Later Jennings, hungry to feed on more female flesh, gets a hooker to take him back to her place, where she keeps her cat, which naturally leads to various "pussy" double entendres from both of them.  Then Jennings starts talking about how "this little pussy is really a primordial carnivorous beast" that "swallows as much meat as it can," which goes a little too far for the hooker.  Jennings poisons her in a roundabout manner, putting poison on the cat's claws and then scratching the woman with the claws, so that she too is symbolically killed by her own sexual nature. 

Jennings becomes even more elaborate in his next murder-plot.  He inveigles one of the actresses in his sex-shows so that she offers her services to a lesbian client at the latter's home.  However, since Jennings worships death rather than sex, he gives the actress a dildo that causes the client's death.  Unbelievably, even for this sort of film, the aggrieved actress returns to the theatre, pissed about having been used as a catspaw and wanting money to keep quiet.  Naturally, Jennings kills her as well.  Finally, Jennings maneuvers Steve into dark suspicions about his fiancĂ©e, and those suspicions result in Steve killing his girlfriend for the same reason Jennings killed his wife.  Having made Steve over into his own image, Jennings ambushes the actor, who flees and tries to hop a ride in a passing truck.  Jennings catches up with him, and after a wild-and-wooly battle in the back of the truck, the psycho both kills and castrates the actor.

However, chasing down a male victim didn't give Michael Findlay's psychotic "alter ego" as much time to wax poetic about feminine evil.  Indeed, in CURSE Jennings also kills a male cop, though he simply shoots the cop, not bothering to give him any special Sadean death.  KISS OF HER FLESH returns to the basics.  Jennings is still on the loose, this time having fled to the snowy countryside outside New York.  In order to gain a new vantage to attack women, he kills a male doctor, takes over the man's home and pretends to be him. Apparently this area of New York hosts a lot of women who like their doctor to give their sexual massages-- but of course, Jennings once more dispenses death rather than delight, using such devices as a sterno can, an "acid douche," and-- pushing reality more than ever before-- his own "poisoned semen." After killing a female hitchhiker, he sets her corpse on fire amid the snow, and declares that "the snow and the fire will purify your soul."

However, one of his victims has a sister, Maria, who knows about Jennings' twisted career and wants to avenge her sister.  Maria figures out Jennings' modus operandi and makes plans with her boyfriend Don to ambush the killer.  Posing as a patient, she infiltrates Jennings' country-house practice, and stabs him nonfatally before he can kill her.  Don and Maria then give Jennings a taste of his own sadistic medicine.  They tie him to a chair with his own crossbow aimed at him, and the bow's trigger is tied to his penis.  If Jennings gets hard watching Maria make out with Don, he'll jerk himself to death.  However, though the crossbow goes off, the vigilante duo deliberately set it to just miss its victim, since Don and Maria plan to torture Jennings again.  This proves a mistake, for Jennings gets loose and brawls with the two of them.  Still, though the madman comes close to killing them both, in the end studly Don gets the honor of executing Jennings with his own arrows.  The coda asserts that this is "positively the end of Richard Jennings."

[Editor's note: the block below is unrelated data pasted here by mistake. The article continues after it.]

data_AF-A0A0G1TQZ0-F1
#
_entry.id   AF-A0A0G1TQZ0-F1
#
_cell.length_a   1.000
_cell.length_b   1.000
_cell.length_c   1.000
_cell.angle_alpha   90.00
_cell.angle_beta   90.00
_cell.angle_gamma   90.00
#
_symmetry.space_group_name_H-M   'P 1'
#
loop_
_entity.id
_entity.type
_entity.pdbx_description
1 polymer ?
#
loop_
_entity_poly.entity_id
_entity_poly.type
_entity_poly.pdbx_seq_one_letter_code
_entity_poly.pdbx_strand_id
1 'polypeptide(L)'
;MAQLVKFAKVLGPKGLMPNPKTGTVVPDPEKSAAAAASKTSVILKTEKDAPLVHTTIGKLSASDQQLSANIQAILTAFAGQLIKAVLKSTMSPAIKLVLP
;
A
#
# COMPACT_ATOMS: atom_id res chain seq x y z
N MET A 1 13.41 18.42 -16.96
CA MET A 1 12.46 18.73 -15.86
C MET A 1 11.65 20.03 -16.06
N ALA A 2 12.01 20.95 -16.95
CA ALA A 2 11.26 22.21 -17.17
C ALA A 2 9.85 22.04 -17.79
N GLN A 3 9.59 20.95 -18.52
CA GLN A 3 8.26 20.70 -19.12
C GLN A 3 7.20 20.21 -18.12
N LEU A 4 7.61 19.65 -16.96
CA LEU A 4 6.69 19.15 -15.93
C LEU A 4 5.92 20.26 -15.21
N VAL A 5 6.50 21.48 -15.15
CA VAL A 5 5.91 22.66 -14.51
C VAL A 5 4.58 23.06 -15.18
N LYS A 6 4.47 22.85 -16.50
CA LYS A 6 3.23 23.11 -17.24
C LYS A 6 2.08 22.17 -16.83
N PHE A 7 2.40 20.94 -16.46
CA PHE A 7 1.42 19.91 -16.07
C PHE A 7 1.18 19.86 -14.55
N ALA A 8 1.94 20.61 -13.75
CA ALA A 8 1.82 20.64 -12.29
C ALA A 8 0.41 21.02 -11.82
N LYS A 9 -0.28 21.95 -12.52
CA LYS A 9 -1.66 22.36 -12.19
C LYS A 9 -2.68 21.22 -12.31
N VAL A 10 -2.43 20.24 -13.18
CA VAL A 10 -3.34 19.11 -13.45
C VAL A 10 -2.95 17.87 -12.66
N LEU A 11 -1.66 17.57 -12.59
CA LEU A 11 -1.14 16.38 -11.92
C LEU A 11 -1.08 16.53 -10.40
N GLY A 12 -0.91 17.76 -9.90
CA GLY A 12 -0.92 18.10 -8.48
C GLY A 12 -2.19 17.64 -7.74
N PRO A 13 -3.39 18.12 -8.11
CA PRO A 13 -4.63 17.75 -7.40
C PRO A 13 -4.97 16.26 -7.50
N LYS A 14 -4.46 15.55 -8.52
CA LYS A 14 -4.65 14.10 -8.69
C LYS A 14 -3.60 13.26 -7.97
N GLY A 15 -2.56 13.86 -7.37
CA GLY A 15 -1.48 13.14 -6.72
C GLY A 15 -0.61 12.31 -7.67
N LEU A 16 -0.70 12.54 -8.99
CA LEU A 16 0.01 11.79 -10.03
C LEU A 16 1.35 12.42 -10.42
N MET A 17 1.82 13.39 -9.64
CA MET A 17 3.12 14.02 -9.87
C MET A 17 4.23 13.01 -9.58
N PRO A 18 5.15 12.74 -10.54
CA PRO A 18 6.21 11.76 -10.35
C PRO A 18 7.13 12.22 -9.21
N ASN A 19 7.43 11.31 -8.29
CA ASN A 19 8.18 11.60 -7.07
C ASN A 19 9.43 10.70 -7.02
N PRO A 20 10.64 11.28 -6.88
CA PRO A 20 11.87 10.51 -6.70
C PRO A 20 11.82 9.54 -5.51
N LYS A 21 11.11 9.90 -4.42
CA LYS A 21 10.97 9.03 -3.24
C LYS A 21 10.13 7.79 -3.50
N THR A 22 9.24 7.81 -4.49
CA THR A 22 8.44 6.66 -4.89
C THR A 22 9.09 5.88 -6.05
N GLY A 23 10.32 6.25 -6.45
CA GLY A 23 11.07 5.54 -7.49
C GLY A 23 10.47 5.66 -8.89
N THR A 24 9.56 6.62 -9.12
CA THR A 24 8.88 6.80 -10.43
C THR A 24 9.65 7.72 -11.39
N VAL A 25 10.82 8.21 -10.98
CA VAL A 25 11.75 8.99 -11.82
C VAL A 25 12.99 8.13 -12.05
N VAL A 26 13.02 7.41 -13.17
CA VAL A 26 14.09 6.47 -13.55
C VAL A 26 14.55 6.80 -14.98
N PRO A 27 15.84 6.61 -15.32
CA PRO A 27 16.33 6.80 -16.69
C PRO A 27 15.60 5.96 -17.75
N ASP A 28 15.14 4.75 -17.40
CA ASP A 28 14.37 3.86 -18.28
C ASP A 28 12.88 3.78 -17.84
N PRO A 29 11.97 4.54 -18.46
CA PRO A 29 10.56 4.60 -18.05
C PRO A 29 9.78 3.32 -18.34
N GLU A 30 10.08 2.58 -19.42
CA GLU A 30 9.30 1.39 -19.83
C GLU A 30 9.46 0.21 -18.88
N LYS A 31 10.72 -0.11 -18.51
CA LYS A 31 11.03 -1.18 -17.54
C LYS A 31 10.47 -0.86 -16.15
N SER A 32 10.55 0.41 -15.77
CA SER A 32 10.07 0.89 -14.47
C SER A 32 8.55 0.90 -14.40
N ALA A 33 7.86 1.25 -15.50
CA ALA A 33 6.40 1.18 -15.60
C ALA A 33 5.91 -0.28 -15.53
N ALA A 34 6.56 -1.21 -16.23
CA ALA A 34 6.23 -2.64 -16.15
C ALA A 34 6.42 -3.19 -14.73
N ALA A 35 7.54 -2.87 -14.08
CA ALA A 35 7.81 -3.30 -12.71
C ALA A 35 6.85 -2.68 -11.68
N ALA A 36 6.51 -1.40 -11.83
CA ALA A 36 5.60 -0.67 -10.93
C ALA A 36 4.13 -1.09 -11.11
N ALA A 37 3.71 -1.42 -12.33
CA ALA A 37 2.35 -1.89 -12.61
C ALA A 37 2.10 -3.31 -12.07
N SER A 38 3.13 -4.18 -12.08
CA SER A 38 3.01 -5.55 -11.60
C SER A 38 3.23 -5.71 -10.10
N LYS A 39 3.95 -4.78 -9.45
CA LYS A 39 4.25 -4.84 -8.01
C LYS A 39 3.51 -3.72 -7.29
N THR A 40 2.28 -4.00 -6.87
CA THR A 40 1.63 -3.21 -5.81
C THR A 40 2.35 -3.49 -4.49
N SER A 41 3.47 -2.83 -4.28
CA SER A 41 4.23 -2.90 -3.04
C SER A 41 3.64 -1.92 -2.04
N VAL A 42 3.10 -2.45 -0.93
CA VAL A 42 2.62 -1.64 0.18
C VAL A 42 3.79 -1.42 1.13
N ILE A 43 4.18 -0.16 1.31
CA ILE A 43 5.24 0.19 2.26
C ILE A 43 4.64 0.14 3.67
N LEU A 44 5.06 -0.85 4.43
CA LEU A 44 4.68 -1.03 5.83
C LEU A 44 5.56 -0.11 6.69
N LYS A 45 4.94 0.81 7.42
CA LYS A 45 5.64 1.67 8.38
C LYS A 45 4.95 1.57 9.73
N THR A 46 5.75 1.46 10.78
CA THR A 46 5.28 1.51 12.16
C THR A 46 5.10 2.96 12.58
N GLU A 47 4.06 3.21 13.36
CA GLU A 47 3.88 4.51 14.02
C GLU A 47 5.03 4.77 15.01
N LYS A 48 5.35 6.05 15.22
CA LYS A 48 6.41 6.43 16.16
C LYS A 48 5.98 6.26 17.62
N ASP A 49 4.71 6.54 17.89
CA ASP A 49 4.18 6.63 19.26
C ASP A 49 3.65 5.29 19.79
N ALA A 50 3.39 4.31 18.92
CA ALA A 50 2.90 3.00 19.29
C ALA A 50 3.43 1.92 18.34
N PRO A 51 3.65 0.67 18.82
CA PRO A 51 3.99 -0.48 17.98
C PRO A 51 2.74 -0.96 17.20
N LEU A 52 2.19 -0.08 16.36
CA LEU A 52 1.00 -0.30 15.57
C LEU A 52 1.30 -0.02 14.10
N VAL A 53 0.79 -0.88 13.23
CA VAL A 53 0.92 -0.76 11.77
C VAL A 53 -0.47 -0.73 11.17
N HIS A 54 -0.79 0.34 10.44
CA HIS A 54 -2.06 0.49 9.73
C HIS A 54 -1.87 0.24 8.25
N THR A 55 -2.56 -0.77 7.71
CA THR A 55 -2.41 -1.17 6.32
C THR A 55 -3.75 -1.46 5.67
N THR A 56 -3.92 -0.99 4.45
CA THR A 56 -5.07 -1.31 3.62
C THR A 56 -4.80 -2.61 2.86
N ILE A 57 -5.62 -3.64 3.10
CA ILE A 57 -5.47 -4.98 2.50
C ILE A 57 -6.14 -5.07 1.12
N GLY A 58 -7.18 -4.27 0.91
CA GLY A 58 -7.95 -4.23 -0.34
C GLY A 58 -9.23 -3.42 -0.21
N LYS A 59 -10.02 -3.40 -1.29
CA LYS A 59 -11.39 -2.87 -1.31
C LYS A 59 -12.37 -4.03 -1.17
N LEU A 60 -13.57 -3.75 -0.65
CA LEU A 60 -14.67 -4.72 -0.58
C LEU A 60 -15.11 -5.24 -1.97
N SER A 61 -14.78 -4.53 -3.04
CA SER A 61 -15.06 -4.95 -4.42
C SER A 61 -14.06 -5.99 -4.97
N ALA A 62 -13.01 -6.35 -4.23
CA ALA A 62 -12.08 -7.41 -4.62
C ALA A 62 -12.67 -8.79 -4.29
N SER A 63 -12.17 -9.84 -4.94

What makes this three demented trilogy interesting to a modern critic?  Well, much like the later slashers, these films play to male misogyny, and yet at the same time, characterize misogynists as impotent losers.  At one point, while "Doctor Jennings" is sex-massaging one of his victims, she tells him that she's had sex with "the girl downstairs," prompting the pathetic question from Jennings, "Am I better than the girl downstairs?"  The broad implication is that no matter what Jennings does in retaliation, female sexuality is something both fearsome and awe-inspiring.  CURSE also specifies that women have some formidable power than men don't have.  A Freudian would claim such power can only abide in "the phallus," but Findlay-- who was probably unlearned in all but the most rudimentary Freudianism-- doesn't endow the male organ with power.  It's the female organ that is a devouring vortex, and although a psychotic male can kill many women, the trilogy's conclusion suggests that women like Maria will rise and best the male psycho even in the manly art of murder.  Given that the entire FLESH trilogy was aimed at male viewers, this remains far more subversive than the crude sexual politicizing one finds in a later breed of art-films, particularly the corpus of Pedro Almodovar.  The FLESH trilogy doesn't ever pretend to be art-- and it isn't-- but there's something elemental in these sleazefests, something one will never find in a hundred arthouse-films about the subject of sex.